The desire to know what happened is irresistible, but despite the efforts of scholars, history is riddled with mysteries.
There are some, like where Cleopatra is buried or what secrets Japan’s kofun tombs hold, that we may one day reveal.
Others, such as who built Stonehenge, a megalithic monument in England, and why, will probably never be resolved.
And the lack of answers only makes these puzzles more intriguing.
1. The Mary Celeste
What happened to the crew and passengers of this British-American brig remains one of the sea’s greatest unsolved mysteries.
The Mary Celeste set sail on November 7, 1872 from New York City with more than 1,700 barrels of alcohol bound for Genoa, Italy.
On December 5, he was found adrift 740 kilometers east of the Azores by the crew of another cargo transport ship, the Dei Gratia.
When they boarded the mysterious ship, they found that although it had water with a height of one meter in the hold, it was seaworthy.
In addition, they found that the cargo and personal belongings were practically intact , although a launch was missing.
The Mary Celeste was taken to Gibraltar, where a British board of inquiry unsuccessfully tried to ascertain the cause of the ship’s abandonment.
There were no signs of violence or missing cargo, casting doubt on suspicions of mutiny, murder and piracy.
There was also no evidence that an explosion caused by alcohol vapors had been the cause of the abandonment.
No trace of Captain Benjamin Spooner Briggs, his wife and young daughter, or the seven experienced crewmen was ever found .
His name became a worldwide synonym for abandoned “ghost ships” .
2. Kenneth Arnold ‘s ” Flying Saucers “
The birth of the modern UFO phenomenon can be traced back to private pilot Ken Arnold’s sighting of nine peculiarly shaped flying objects over Washington’s Cascade Mountains on the afternoon of June 24, 1947.
Arnold told reporters that objects with bat-like wings moved like a saucer would “if you made it jump through the water.”
He calculated its speed as faster than that of the most advanced jet aircraft of that time.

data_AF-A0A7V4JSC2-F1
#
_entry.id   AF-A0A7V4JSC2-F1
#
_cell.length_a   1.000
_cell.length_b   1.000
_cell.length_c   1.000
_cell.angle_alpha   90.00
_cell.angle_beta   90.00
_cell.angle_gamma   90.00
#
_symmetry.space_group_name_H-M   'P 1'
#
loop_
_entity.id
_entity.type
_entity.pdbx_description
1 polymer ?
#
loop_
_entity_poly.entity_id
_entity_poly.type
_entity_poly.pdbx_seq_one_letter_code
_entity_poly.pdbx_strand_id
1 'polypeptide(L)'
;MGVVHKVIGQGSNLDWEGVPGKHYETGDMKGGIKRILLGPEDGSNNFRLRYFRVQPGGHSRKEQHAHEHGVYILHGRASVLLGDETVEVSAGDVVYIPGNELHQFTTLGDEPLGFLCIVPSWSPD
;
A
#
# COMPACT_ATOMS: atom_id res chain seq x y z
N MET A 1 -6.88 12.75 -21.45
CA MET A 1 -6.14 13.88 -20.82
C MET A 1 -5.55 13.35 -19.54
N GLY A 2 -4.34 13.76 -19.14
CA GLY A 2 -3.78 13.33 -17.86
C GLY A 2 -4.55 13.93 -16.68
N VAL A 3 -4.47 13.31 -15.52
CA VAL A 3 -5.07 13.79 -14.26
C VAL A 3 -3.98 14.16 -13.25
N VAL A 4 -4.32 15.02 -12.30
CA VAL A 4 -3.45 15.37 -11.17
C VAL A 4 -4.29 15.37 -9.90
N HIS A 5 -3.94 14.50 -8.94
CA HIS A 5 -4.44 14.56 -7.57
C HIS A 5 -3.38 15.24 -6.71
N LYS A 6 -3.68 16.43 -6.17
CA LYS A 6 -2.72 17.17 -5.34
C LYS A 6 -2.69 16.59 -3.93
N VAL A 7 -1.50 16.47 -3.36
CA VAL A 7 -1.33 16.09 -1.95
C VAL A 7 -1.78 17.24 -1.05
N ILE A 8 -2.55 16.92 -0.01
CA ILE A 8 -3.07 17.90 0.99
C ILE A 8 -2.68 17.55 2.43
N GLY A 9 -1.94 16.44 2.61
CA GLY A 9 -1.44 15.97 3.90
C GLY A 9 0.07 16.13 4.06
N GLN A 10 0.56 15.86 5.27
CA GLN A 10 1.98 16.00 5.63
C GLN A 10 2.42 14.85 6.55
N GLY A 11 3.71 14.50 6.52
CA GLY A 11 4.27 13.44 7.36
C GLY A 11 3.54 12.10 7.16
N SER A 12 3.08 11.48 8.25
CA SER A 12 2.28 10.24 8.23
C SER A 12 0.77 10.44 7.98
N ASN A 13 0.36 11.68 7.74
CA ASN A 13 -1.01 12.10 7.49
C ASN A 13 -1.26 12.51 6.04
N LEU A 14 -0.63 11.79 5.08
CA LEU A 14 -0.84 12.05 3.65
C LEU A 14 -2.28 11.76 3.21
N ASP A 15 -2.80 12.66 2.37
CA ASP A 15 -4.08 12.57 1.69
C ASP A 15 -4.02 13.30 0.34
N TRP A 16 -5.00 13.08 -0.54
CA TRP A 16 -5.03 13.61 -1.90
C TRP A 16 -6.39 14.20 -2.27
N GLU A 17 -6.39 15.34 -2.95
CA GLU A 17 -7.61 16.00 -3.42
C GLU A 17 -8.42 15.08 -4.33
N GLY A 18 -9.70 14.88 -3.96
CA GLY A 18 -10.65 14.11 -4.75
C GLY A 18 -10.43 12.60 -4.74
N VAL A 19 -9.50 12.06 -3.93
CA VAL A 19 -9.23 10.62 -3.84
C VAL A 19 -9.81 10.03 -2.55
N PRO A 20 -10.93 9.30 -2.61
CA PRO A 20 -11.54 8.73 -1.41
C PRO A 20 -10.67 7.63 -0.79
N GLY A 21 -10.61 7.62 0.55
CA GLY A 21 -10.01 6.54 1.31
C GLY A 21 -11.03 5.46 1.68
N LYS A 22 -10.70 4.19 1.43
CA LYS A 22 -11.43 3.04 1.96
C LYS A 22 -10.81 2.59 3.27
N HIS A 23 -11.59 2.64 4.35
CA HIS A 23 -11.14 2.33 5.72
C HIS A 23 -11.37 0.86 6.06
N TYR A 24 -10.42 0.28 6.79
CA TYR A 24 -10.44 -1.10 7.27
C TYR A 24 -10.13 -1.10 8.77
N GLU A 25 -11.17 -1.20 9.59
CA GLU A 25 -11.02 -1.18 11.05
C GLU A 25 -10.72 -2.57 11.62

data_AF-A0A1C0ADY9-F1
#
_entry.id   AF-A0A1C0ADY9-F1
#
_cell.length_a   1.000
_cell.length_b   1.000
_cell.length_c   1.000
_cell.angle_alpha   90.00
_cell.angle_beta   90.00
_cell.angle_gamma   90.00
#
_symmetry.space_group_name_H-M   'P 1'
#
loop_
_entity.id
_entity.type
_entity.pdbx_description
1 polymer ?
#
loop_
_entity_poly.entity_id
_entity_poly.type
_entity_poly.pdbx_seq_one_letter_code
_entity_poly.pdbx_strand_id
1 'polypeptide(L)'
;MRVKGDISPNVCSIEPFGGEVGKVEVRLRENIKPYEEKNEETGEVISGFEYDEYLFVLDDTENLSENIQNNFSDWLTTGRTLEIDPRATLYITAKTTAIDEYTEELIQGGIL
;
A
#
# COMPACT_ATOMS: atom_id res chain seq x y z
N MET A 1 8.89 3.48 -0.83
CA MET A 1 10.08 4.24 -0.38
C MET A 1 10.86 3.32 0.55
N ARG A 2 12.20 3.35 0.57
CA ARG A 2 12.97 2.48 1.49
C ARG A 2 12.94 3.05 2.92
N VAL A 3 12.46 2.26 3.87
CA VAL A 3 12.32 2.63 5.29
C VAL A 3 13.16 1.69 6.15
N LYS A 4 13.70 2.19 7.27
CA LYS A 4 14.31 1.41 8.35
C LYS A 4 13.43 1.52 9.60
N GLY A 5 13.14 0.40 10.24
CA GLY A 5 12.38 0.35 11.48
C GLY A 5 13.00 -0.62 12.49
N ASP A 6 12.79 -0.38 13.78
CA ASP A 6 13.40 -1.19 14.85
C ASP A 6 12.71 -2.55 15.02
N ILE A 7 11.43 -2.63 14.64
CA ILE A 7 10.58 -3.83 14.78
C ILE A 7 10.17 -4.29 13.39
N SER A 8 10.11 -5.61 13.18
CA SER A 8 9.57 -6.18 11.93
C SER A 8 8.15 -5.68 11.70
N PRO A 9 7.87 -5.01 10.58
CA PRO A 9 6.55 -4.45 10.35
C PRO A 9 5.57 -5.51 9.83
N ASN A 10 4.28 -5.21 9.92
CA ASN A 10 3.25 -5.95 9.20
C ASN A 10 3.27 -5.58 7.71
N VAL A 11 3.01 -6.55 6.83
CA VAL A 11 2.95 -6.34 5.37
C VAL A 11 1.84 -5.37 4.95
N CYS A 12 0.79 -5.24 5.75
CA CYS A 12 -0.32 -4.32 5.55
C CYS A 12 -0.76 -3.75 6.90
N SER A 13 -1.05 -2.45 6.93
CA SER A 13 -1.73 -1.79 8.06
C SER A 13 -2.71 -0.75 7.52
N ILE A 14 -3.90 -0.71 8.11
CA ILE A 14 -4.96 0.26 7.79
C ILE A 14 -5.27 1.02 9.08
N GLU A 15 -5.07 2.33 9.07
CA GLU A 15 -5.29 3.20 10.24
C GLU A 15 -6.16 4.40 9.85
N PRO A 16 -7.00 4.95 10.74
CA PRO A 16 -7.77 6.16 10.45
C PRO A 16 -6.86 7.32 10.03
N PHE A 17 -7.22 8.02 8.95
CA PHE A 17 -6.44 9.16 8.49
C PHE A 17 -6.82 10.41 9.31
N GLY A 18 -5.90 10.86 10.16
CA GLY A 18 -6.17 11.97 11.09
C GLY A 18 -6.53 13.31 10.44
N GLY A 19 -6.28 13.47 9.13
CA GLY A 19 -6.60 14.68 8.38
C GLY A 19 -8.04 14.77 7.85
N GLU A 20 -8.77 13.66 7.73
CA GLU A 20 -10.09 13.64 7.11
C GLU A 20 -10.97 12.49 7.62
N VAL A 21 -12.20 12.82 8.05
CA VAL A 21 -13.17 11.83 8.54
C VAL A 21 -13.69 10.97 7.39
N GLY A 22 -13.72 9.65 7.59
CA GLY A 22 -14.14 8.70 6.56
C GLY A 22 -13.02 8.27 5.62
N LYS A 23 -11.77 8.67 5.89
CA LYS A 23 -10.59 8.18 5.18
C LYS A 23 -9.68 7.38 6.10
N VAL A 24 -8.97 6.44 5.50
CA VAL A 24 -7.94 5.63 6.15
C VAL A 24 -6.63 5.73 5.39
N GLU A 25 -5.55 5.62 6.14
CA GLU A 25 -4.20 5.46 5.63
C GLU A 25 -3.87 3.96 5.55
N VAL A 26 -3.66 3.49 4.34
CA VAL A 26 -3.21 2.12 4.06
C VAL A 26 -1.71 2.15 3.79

A sub-editor came up with the phrase “flying saucers,” and the ensuing media coverage sparked an epidemic of seeing things in the sky that continues to this day.
Two weeks after Arnold’s sighting, the US Army Air Force announced that the remains of a “flying saucer” had been recovered from a ranch near Roswell, New Mexico.
A modern myth was born, but also a great controversy about what Arnold actually saw.
3. The Shroud of Turin
The piece of canvas that is kept in the Cathedral of Saint John the Baptist in Turin, in northern Italy, is one of the most investigated objects in the history of mankind, but it retains its secrets.
Many Christians believe that the holy relic is the shroud in which Jesus of Nazareth was buried .
There is no doubt that it bears a negative impression of the face and body contours of a man who has sustained injuries consistent with crucifixion, but scientists have been unable to reach a consensus on how it was created.
Radiocarbon tests conducted by three laboratories in 1988 dated the cloth to the Middle Ages, with some claiming it as proof that it was a medieval forgery.
But this interpretation remains the subject of intense debate, leading a former Nature editor, Philip Ball, to declare that the relic remains shrouded in mystery.
4. What happened to Amelia Earhart?
In 1937, Amelia Earhart, one of the world’s most famous aviators, apparently disappeared without a trace during an attempt to circumnavigate the globe.
Although searches began just an hour after Earhart’s last recorded message, nothing was ever found and her fate remains one of the greatest historical mysteries of all time.
Or maybe not? In fact, the body of a woman was located on Gardner Island , part of the Phoenix Islands, Kiribati, in the western Pacific Ocean, in 1940.
With him were a campfire, a navigational sextant, and the remains of shoes. The body was later considered to be that of a white female of Northern European descent, about Earhart’s height.
Expeditions since 2001 have found other evidence indicating the presence of a living American woman in the 1930s. Earhart may have lived as a castaway after an emergency landing.
5. Why did Joan of Arc die?
When asked why Joan of Arc was burned at the stake, the answer is usually “heresy.”
But while the so-called Maid of Orleans was mistrusted for claiming that God had led her to fight as a soldier during the Hundred Years’ War, the real reason for her execution in 1431 is more unusual.
In May 1430, Joan was captured and imprisoned by her English and Burgundian enemies.
A trial for heresy began in 1431, with questions centering on his faith and visions. The crime of wearing men’s clothing , also a heresy, was persecuted. Juana had done this repeatedly, first as a soldier in armor and then during her imprisonment as a defense against rape.
Surprisingly, it was for this last offense that she was eventually executed, for she returned to wearing male clothing, even though she had promised to give it up.